Learning as gaming?


In 1993, Nintendo released a game for the NES that seemed to parents around the world to be the perfect gift – ‘Mario Is Missing’, a Super Mario game that taught your kids things whilst they played it! I had a look, and, well, apart from probably disappointing about 87% of the children that received it (“a geography learning adventure that’s way cool”? Yikes) , I’ll accept that it was an interesting concept. I agree that learning should be fun. It just shouldn’t be competing with my down-time spent crushing koopas.

Anyway, about a month ago I started using the game-esque Duolingo to learn Spanish, and a few days ago signed in to Codecademy to learn the basics of HTML and CSS. These pieces of software are free and easy to use – so much so, in fact, that I was able to learn how to discuss the sizes of things in Spanish (El perro es pequeno! La cuna de mi hijo es grande!) whilst walking my dog. But do they actually work? Are they fun enough to keep you involved, but serious enough to teach you the stuff?

I suppose there should be a slight disclaimer. I’d say I’m about 20% of the way through the Duolingo course, and have just finished the basic HTML and CSS courses on Codecademy. I am, by no means, the finished product.

The ethos behind the two organisations is that learning can work if it is fun and consistently rewarding. As you work through mini exercises (most of which take mere minutes), you receive points, which lead to level-ups, and completing certain challenges earns you Call of Duty-style badges. These range from ‘finish 2 exercises in one day’ to ‘create your first webpage!’, or whatever. You’re then prompted to share that achievement on Facebook or Twitter – which I never do. I have standards, guys.

Do the systems keep me coming back? Yeah, they do. Learning from a book is such an arse because you have to test yourself, and you can never actually hear anybody tell you if what you’re doing is wrong (this is a particular issue for learning languages). Equally, online classes annoy me because you constantly have to work at the pace of the slowest person in the group, or attempt to keep up with the person that is clearly better than the level that you’re learning at.

Duolingo and CodeAcademy are great at that stuff though. The language app actually speaks to you via a native tongue, and you spend equal time doing listening exercises, spoken exercises, Spanish-English and English-Spanish written translations. Codecademy gives you hints when you’re stuck, and the links to forums for each question are great – a real and thriving community can re-word an explanation so that you understand it properly.


I think that’s the key, really. Learning is so incredibly subjective. What works to help one person remember and apply something may obviously be completely useless for another. And often, it’s just a case of saying the same thing in a different way, at the right pace, until the student understands. Codecademy is great at that. Duolingo is slightly different, because there are only so many ways you can explain that mujer translates as woman.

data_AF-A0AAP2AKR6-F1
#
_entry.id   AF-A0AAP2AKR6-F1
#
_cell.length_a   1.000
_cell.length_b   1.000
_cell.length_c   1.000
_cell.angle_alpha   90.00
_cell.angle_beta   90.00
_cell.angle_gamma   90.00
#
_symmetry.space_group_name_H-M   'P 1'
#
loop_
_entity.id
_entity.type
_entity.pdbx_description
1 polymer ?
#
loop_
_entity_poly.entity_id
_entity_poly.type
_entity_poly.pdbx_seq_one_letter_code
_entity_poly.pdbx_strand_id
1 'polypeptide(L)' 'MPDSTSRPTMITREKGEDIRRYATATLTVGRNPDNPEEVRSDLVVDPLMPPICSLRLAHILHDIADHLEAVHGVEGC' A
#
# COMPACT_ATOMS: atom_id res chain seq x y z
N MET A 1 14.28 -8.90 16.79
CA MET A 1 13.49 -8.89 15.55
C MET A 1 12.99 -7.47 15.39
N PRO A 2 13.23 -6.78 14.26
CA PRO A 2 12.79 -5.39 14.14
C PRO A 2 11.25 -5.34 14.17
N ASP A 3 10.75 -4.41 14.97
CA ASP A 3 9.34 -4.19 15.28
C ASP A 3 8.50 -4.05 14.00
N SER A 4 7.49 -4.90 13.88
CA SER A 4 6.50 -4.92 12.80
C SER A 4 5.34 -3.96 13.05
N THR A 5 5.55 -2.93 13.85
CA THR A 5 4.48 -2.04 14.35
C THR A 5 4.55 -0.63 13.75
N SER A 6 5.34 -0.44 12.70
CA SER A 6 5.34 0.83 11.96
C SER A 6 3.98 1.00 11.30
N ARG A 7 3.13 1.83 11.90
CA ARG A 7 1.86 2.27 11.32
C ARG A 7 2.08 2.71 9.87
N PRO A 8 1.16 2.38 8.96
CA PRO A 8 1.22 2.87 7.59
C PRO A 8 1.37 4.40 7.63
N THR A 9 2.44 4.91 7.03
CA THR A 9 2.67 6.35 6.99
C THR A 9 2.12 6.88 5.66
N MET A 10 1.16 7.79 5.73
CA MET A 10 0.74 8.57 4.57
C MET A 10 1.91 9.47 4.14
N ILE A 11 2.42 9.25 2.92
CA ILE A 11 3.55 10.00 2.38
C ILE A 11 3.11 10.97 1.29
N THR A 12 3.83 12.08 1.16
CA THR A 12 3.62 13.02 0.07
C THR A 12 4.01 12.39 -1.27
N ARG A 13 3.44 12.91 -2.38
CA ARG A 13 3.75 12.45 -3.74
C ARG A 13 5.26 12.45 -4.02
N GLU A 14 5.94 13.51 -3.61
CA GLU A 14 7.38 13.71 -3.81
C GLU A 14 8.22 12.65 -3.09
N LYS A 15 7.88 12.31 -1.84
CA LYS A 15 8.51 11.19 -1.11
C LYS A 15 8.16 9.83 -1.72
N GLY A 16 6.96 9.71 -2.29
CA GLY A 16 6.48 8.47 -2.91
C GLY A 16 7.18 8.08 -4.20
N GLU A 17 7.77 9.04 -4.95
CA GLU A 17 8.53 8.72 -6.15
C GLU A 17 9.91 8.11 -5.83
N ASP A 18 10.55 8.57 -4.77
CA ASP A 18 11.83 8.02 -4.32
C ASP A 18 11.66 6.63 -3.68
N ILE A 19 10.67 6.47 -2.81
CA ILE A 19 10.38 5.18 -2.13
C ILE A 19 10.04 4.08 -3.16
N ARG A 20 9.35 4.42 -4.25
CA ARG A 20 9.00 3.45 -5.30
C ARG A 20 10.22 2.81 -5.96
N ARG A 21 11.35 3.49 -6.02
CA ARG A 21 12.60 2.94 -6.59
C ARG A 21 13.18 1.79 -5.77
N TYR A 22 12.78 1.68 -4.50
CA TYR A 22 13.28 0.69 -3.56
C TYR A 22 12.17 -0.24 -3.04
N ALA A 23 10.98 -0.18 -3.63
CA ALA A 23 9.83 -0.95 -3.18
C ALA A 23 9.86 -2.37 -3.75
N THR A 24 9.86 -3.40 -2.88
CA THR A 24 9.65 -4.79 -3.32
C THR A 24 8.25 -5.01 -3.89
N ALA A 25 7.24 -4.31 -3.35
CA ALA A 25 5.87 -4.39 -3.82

The problem for me is that I have no idea whether what I’ve digested in the past month is useful anywhere else other than on their sites. It’s not exactly a new concept to claim that it is good to learn a language with a teacher, better by having conversations with a native speaker, and best whilst immersed in the foreign country itself. All I’ve done is learn Spanish words and phrases and repeat them into my iPhone in cold, rainy Cambridge. The same can be said for coding – the only way to really learn is to build something for yourself. But without the helping hand of the software installed on the Codecademy website, would I be able to function? Would anybody? Do these apps prepare yourself for real experiences, or just in-game success?

Well, for starters, the fact that I was able to recite that Spanish at the top gives me a bit of hope. I learned French and German at school in an entirely different manner, but the Spanish I have so far is allowing me to think in a very similar way. I’m able to search through my vocabulary and work out how to say what I want to say, rather than just reciting choice phrases. That’s a good sign. As to whether I’d be able to have a conversation? That I can’t say. But being able to think in the language – and, more importantly, to understand how the sentences are constructed – is a great step in the right direction. The only option is to keep plowing ahead.

The results of Codecademy are easier to display. The picture in the middle of the blog is a snapshot of my first ever webpage. It may not look like much, but to remember how to place blocks an equal distance apart, and to make sure that certain information stays on certain areas of the page, and to ensure that pictures are hyperlinks to certain other pages is kinda tough! The big success for me though is that I wrote all of the HTML and CSS from scratch – which means that I wouldn’t need any of the helping hands that Codecademy offers.

So yeah, neither Duolingo nor Codecademy tries to convince you that it’s something that it’s not – and I think they’re starting to work for me. I guess time will tell, but I’m looking forward to keeping going with the Spanish, and eventually modifying this very blog with my newfound CSS skills.

Use them!

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